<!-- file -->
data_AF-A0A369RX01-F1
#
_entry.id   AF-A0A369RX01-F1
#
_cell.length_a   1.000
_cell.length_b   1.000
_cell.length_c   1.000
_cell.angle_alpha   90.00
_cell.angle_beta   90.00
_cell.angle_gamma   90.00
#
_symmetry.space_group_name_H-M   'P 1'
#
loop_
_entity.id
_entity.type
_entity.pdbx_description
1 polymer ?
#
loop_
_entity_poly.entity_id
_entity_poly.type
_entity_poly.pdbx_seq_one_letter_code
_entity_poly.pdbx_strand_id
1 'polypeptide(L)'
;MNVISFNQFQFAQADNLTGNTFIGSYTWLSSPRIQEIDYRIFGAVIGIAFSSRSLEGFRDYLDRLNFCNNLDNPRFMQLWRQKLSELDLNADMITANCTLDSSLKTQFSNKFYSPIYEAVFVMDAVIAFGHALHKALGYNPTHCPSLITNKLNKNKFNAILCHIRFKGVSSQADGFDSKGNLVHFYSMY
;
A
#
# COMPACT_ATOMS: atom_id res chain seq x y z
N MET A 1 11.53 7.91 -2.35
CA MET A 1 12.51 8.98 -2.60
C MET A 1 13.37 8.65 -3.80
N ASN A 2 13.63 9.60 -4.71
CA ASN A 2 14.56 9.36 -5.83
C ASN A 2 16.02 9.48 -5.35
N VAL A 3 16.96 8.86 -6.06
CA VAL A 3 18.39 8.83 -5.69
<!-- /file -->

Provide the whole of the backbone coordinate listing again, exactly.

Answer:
data_AF-A0A369RX01-F1
#
_entry.id   AF-A0A369RX01-F1
#
_cell.length_a   1.000
_cell.length_b   1.000
_cell.length_c   1.000
_cell.angle_alpha   90.00
_cell.angle_beta   90.00
_cell.angle_gamma   90.00
#
_symmetry.space_group_name_H-M   'P 1'
#
loop_
_entity.id
_entity.type
_entity.pdbx_description
1 polymer ?
#
loop_
_entity_poly.entity_id
_entity_poly.type
_entity_poly.pdbx_seq_one_letter_code
_entity_poly.pdbx_strand_id
1 'polypeptide(L)'
;MNVISFNQFQFAQADNLTGNTFIGSYTWLSSPRIQEIDYRIFGAVIGIAFSSRSLEGFRDYLDRLNFCNNLDNPRFMQLWRQKLSELDLNADMITANCTLDSSLKTQFSNKFYSPIYEAVFVMDAVIAFGHALHKALGYNPTHCPSLITNKLNKNKFNAILCHIRFKGVSSQADGFDSKGNLVHFYSMY
;
A
#
# COMPACT_ATOMS: atom_id res chain seq x y z
N MET A 1 11.53 7.91 -2.35
CA MET A 1 12.51 8.98 -2.60
C MET A 1 13.37 8.65 -3.80
N ASN A 2 13.63 9.60 -4.71
CA ASN A 2 14.56 9.36 -5.83
C ASN A 2 16.02 9.48 -5.35
N VAL A 3 16.96 8.86 -6.06
CA VAL A 3 18.39 8.83 -5.69